How can traffic jams on our way to work help us let things go??  That’s the last thing I would think would help us on our way to being a wonderful and faithful disciple of Jesus.  Yet David shares his experience of being in a traffic challenge with honking horns and misunderstandings to realize that sometimes — even though we are right and they are wrong — we have to absorb it and then let it go.  Injustices at times can only be transformed through absorbing the anger, frustration and challenge to become healing, hope and love.

Life is the great teacher for all of us.  As much as we try to be right, not everyone needs to know it each time.  Sometimes trying to show everyone we are right takes away from the opportunity to experience grace and really be an instrument of peace, joy and love.  This chapter teaches us that we need to be the shock absorbers for those who are angry, hurt and misunderstood.  At times as a disciple and servant of Christ, we need to take on people’s burdens so that we can move them forward.  The cross is a great reminder for us.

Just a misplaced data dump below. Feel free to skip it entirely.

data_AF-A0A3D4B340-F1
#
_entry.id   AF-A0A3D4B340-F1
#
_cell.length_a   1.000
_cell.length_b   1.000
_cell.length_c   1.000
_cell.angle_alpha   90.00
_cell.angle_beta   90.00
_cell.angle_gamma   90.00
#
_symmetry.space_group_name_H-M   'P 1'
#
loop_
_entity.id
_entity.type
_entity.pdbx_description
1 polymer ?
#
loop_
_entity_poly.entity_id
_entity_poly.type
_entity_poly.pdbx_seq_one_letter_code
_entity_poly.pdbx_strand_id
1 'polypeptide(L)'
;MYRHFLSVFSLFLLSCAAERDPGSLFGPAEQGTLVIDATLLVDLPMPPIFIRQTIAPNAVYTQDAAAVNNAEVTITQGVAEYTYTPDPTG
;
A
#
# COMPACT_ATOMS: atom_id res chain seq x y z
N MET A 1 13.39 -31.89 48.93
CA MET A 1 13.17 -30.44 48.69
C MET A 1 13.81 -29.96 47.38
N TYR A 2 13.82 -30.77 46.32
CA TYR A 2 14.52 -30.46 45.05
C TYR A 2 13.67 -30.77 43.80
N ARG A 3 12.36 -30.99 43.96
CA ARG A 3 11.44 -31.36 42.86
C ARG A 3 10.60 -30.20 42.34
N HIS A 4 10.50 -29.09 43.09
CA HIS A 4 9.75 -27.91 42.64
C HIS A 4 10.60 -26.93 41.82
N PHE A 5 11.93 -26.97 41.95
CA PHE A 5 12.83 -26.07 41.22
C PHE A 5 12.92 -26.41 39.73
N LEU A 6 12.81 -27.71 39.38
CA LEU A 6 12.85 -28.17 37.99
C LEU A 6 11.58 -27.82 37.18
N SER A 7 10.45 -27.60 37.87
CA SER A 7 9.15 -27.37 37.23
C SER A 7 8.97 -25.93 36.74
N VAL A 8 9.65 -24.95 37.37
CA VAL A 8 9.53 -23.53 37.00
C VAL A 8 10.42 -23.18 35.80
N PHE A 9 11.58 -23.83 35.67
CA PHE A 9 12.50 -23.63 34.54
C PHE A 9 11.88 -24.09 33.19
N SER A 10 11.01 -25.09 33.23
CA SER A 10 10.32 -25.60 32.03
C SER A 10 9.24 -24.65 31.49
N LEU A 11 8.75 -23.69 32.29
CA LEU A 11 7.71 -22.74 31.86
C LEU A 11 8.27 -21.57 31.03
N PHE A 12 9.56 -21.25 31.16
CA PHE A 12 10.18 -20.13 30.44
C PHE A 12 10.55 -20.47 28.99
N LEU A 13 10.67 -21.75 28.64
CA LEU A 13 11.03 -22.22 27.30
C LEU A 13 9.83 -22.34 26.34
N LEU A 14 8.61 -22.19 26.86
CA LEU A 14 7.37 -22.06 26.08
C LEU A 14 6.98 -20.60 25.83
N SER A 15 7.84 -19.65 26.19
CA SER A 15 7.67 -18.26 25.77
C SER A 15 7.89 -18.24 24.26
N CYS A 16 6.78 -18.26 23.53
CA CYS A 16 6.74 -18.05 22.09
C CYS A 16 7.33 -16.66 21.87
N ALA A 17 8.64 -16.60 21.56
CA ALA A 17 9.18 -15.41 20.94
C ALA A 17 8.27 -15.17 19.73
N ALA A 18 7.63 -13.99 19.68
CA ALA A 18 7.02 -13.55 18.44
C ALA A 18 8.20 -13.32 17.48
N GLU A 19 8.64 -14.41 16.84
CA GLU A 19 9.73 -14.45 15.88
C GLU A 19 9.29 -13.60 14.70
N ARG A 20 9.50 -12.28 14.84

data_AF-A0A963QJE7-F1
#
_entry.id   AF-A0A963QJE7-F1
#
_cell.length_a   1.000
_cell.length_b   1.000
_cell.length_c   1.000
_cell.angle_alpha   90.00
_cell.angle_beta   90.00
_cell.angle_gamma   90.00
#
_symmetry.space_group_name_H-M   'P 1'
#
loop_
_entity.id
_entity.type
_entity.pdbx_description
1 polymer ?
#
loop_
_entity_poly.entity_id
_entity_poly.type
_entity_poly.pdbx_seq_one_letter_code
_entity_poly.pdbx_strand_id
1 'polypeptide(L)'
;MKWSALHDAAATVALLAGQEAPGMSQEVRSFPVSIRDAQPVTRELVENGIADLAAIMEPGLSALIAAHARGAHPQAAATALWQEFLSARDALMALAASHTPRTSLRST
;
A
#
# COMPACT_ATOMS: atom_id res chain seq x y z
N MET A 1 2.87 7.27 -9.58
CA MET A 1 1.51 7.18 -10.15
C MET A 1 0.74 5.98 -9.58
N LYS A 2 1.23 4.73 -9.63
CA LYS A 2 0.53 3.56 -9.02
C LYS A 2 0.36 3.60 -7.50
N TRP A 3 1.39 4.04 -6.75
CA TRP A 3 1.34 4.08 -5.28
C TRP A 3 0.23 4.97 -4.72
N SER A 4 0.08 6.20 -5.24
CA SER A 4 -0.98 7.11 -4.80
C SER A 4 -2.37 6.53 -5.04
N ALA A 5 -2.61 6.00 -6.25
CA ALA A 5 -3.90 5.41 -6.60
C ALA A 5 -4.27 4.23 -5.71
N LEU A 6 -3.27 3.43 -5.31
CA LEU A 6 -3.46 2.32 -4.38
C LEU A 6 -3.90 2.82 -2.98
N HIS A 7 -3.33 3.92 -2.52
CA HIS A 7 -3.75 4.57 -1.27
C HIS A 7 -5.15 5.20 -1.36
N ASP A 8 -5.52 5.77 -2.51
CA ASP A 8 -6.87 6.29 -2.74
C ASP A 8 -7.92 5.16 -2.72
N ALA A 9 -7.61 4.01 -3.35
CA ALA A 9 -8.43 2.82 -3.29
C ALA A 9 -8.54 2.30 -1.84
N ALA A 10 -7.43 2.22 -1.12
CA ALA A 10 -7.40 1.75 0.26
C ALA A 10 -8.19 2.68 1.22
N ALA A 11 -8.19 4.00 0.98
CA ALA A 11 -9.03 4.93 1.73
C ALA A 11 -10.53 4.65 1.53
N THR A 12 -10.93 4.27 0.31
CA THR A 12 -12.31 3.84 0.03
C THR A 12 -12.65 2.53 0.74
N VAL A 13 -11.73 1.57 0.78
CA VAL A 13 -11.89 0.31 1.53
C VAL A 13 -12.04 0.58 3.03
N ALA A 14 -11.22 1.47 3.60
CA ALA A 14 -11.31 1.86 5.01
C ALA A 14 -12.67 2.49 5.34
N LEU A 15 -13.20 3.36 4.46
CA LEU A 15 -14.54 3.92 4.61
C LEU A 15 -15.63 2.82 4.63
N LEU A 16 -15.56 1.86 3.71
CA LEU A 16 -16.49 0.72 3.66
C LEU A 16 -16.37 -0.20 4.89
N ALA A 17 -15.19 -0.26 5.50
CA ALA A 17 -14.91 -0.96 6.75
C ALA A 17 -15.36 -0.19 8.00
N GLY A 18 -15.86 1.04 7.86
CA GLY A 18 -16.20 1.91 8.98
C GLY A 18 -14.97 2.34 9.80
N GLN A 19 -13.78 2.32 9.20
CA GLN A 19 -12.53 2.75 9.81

David references the Beatitudes as a good teacher for us.  The Sermon on the Mount describes the framework of Jesus’ mission and the heart of what it is to be his follower.  We are called to be meek, a peace maker, willing to be persecuted, pure of heart and someone who mourns.  In all these things there are rewards given by God but they might not be what we expect and more than likely not even immediate.  In all of this we are called to be healers for others — that means we have to absorb the frustrations of those around us and drop them off far away so that they may discover God’s grace beyond the storm.